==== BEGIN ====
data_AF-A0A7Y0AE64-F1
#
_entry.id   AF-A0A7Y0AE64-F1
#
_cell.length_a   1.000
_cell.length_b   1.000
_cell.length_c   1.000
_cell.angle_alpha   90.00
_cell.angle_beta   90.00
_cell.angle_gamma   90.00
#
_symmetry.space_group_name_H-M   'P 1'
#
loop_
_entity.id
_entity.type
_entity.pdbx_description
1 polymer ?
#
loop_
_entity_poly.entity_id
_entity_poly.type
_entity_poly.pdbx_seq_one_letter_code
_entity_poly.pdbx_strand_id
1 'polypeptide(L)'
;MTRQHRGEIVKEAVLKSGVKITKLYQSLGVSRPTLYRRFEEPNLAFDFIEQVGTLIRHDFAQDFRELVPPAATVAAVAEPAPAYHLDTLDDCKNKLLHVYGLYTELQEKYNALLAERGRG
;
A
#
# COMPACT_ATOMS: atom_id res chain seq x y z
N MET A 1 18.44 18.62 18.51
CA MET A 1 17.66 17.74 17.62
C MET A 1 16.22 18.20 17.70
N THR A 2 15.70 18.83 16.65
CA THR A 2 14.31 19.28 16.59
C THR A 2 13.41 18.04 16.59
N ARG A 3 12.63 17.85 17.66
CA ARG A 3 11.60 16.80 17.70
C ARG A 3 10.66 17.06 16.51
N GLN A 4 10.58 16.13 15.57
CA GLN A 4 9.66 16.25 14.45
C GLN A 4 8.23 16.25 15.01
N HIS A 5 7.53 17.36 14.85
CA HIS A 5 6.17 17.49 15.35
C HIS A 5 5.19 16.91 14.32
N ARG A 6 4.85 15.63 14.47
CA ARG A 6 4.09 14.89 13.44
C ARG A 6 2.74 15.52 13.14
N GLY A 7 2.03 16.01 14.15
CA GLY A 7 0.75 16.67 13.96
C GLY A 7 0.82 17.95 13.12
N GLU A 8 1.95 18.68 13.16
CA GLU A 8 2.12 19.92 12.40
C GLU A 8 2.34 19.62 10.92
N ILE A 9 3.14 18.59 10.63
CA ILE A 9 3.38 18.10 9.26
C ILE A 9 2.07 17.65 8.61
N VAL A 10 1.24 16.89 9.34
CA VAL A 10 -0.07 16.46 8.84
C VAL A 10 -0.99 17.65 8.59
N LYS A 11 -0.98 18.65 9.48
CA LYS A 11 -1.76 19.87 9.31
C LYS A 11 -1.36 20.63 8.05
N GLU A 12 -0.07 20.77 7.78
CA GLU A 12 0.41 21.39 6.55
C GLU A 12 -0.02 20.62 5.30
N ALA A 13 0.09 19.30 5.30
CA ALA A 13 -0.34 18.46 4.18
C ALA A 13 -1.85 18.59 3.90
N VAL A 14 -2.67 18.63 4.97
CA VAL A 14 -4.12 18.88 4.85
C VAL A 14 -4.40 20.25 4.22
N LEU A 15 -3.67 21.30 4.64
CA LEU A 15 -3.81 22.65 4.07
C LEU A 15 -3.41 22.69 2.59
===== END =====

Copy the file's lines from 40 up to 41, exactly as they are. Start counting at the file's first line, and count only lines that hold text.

N GLN A 4 10.58 16.13 15.57
CA GLN A 4 9.66 16.25 14.45